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Metagenomic Analysis Reveals Shifting Skin Microbe Communities on Hong Kong Subway System

Metagenomic Analysis Reveals Shifting Skin Microbe Communities

NEW YORK (GenomeWeb) – Straphanging on the Hong Kong subway system may have a hand in exposing individuals to innocuous and possibly more-pathogenic microbes, along with sets of microbial genes that be swapped between microbes to confer antibiotic resistance, according to a new study in Cell Reports.

"Our study provides an important reference for future public health strategies to mitigate intracity and cross-border pathogen and [antibiotic resistance gene] transmission," senior author Gianni Panagiotou, a systems biologist affiliated with Germany's Hans Knoell Institute and the University of Hong Kong, and his colleagues wrote.

The researchers used metagenomic sequencing to profile microbes and microbial genes present in skin swab samples from half a dozen individuals who volunteered to ride eight Hong Kong subway lines for a least a half an hour during the morning rush hour and again as commuters were heading home in the evening. With these data, they saw some subway line-specific microbes that seemed to reflect distinct environmental exposures.

Even so, the team's results also revealed changes in microbial communities on the hands of subway riders between the morning and evening commutes. In particular, these communities started to converge as the day wore on, coupled with changes in the distribution of both harmless commensal microbes and antibiotic resistance genes (ARG).

"In the morning, each line has unique microbial features reflecting the regions it passes, but with more and more people using the subway during the day, the microbial communities of all the lines become more similar, dominated by human skin commensal bacteria," Panagiotou said in a statement. 

Likewise, he noted, while genes linked to resistance to vancomycin, tetracycline, and other antibiotics only turned up on a few subway lines early on in the day, the ARGs "could be traced in all of them" by the time evening rolled around.

The study was intended to represent a typical day on the subway system in a large city, the team explained, complementing published and ongoing analyses of metagenomic sequences generated for transit samples in New York City and other urban centers.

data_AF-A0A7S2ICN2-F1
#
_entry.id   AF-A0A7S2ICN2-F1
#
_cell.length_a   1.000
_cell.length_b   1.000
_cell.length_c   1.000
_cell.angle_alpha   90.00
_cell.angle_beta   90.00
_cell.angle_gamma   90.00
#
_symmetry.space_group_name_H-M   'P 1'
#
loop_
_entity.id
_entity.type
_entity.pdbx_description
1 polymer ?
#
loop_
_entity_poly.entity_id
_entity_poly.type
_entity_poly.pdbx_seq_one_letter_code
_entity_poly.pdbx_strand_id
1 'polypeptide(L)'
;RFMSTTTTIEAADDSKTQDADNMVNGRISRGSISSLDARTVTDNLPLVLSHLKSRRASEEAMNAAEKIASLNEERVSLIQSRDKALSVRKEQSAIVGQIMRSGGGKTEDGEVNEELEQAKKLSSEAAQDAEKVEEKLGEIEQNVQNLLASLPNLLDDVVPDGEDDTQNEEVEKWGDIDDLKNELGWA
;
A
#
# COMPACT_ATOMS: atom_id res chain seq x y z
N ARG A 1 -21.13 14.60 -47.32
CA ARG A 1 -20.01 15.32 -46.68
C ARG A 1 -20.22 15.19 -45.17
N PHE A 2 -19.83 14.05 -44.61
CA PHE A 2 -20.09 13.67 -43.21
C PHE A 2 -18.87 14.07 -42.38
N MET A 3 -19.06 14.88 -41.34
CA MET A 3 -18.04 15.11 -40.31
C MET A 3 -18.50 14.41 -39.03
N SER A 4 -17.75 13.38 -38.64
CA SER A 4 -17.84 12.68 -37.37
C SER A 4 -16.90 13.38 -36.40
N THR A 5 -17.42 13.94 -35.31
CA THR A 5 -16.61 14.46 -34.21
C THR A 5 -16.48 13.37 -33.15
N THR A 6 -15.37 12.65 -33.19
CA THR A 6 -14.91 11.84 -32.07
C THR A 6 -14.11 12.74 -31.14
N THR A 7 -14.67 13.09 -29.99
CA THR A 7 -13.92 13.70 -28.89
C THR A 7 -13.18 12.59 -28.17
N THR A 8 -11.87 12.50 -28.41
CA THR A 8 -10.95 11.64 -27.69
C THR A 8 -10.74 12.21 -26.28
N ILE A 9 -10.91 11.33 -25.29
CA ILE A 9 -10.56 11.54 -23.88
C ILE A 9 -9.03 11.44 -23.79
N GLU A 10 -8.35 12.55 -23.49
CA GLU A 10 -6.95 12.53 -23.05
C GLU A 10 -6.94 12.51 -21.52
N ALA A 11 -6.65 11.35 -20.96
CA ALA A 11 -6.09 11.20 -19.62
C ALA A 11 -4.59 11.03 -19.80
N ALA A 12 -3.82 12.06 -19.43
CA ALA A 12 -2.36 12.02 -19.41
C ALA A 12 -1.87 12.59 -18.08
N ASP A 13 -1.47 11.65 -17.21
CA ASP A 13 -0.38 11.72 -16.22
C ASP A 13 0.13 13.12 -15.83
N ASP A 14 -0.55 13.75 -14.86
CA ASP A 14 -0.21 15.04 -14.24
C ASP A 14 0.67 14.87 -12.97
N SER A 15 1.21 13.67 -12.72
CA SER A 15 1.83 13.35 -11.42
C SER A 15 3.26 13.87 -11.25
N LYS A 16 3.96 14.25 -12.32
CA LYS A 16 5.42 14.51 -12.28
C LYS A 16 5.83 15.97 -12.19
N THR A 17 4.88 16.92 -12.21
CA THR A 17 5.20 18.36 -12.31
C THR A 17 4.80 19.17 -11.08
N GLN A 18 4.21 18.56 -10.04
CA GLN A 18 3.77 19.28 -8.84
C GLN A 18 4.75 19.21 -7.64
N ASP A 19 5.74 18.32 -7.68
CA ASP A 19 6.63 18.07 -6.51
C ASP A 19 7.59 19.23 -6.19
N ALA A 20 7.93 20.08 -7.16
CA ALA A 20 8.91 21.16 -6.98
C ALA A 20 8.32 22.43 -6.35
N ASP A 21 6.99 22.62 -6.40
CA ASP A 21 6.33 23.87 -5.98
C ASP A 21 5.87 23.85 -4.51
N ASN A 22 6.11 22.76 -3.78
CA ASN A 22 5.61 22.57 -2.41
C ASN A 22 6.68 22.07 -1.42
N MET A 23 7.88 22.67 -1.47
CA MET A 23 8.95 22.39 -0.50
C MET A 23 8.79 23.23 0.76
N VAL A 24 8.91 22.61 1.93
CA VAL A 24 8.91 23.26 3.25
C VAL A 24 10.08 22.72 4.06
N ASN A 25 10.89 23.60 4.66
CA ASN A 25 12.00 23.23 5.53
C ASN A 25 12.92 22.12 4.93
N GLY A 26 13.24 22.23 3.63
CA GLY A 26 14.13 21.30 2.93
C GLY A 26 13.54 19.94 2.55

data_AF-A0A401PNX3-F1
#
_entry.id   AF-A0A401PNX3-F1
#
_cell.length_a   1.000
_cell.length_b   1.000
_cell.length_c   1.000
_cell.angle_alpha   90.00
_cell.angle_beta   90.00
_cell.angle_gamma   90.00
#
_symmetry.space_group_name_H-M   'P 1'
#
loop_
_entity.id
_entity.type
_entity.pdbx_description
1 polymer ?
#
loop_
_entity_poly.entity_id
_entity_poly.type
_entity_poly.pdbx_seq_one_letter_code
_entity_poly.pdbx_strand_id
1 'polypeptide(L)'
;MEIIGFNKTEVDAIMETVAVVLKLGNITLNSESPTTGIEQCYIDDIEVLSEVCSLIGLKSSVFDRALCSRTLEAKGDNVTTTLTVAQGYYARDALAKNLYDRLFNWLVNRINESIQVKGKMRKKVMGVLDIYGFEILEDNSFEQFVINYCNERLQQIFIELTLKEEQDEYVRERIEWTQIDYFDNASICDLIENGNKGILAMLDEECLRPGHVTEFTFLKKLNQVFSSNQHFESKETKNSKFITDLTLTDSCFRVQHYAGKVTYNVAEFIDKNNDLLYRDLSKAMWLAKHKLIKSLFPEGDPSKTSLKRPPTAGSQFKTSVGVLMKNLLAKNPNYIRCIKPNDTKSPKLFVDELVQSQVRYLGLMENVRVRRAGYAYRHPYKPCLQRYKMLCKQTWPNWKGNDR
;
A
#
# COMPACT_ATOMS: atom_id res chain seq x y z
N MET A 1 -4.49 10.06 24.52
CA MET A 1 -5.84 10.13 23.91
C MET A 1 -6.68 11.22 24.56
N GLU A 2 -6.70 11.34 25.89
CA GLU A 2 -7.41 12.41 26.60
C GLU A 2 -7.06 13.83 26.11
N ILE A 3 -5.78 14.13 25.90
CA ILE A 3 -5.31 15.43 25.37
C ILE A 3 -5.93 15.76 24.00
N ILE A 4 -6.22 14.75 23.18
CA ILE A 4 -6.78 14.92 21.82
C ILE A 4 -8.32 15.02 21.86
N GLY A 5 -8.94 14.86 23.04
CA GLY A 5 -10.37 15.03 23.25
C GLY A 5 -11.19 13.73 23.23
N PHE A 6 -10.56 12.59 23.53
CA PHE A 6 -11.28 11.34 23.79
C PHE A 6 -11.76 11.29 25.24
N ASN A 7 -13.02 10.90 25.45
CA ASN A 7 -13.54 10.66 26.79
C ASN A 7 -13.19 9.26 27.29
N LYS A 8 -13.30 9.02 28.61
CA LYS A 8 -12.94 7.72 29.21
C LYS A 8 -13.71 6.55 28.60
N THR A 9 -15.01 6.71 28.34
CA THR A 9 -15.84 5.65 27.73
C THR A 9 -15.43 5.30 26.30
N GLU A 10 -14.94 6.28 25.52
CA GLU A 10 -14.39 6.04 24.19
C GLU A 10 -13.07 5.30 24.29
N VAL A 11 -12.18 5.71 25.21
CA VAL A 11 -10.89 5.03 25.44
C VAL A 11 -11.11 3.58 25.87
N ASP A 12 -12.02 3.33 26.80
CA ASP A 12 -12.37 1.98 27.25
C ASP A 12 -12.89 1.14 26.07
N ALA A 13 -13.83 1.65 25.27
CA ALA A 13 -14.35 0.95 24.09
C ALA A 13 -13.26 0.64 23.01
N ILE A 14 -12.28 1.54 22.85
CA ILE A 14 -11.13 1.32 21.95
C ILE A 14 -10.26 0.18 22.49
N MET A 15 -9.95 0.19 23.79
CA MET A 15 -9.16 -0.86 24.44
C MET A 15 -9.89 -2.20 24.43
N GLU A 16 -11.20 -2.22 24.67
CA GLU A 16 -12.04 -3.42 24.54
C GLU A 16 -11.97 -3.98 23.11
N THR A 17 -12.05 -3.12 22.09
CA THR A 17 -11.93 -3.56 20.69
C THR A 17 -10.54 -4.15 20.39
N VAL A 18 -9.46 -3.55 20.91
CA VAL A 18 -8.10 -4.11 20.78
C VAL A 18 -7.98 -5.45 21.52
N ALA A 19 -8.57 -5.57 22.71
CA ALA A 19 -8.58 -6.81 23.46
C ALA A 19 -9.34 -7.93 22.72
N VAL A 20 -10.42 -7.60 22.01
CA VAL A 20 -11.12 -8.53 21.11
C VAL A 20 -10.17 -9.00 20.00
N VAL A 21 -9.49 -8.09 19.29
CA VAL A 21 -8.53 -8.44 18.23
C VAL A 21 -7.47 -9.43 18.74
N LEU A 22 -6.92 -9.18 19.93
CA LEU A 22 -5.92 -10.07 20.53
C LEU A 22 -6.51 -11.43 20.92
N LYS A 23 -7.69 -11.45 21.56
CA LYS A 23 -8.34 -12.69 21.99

"[W]e want to better understand how urban planning can impact the types of bacteria we encounter," Panagiotou explained, "so that studies like ours investigating the microbial composition of train compartments may guide future public health strategies and public transit designs."

Instead of directly sampling subway seats, poles, or handrails, though, he and his team focused on palm skin samples from individuals who did or did not ride a Mass Transit Railway system that connects Hong Kong to Shenzhen on the mainland and covers communities in between.

Using the Illumina HiSeq 1500 instrument, collaborators at the University of Hong Kong's Centre for Genomic Sciences did shotgun metagenomic sequencing on palm swab samples from six healthy study participants who held Hong Kong subway handrails for at least 30 minutes at a time, during rides on eight urban lines in the busy periods in the morning or evening.

Based on data for three samples per subway line over three weeks, the team identified prominent microbial species, phyla, and gene sequences within and between sites — microbial sequences it compared with those found in palm swab samples from six control individuals who had gone 30 minutes or more without touching any surfaces.

Along with commensal skin species such as Staphylococcus epidermidis, for example, the researchers detected DNA from a handful of opportunistic pathogen species or strains, albeit at low levels. When it came to resistance genes, meanwhile, a few ARG families decreased in abundance in evening commuters, though nine families of ARGs, including those containing tetracycline and vancomycin resistance genes, increased between the morning and afternoon rush hours.

Somewhat reassuring, though, is that "higher traffic Metro lines do not carry higher health risks, neither in terms of pathogens or in terms of antibiotic resistance genes," Panagiotou noted.

He and his co-authors noted that "more sampling time points could be considered to delineate more exquisite intraday dynamics, especially the time points before and after morning and evening peaks."

"[S]urveillance of the microbial communities responsive to and shaped by the public transit systems could serve as a reference for public policy-making regarding the prevention of ARG spread via intercity and cross-border traffic and protect millions of citizens from potential health hazards in daily life," they added.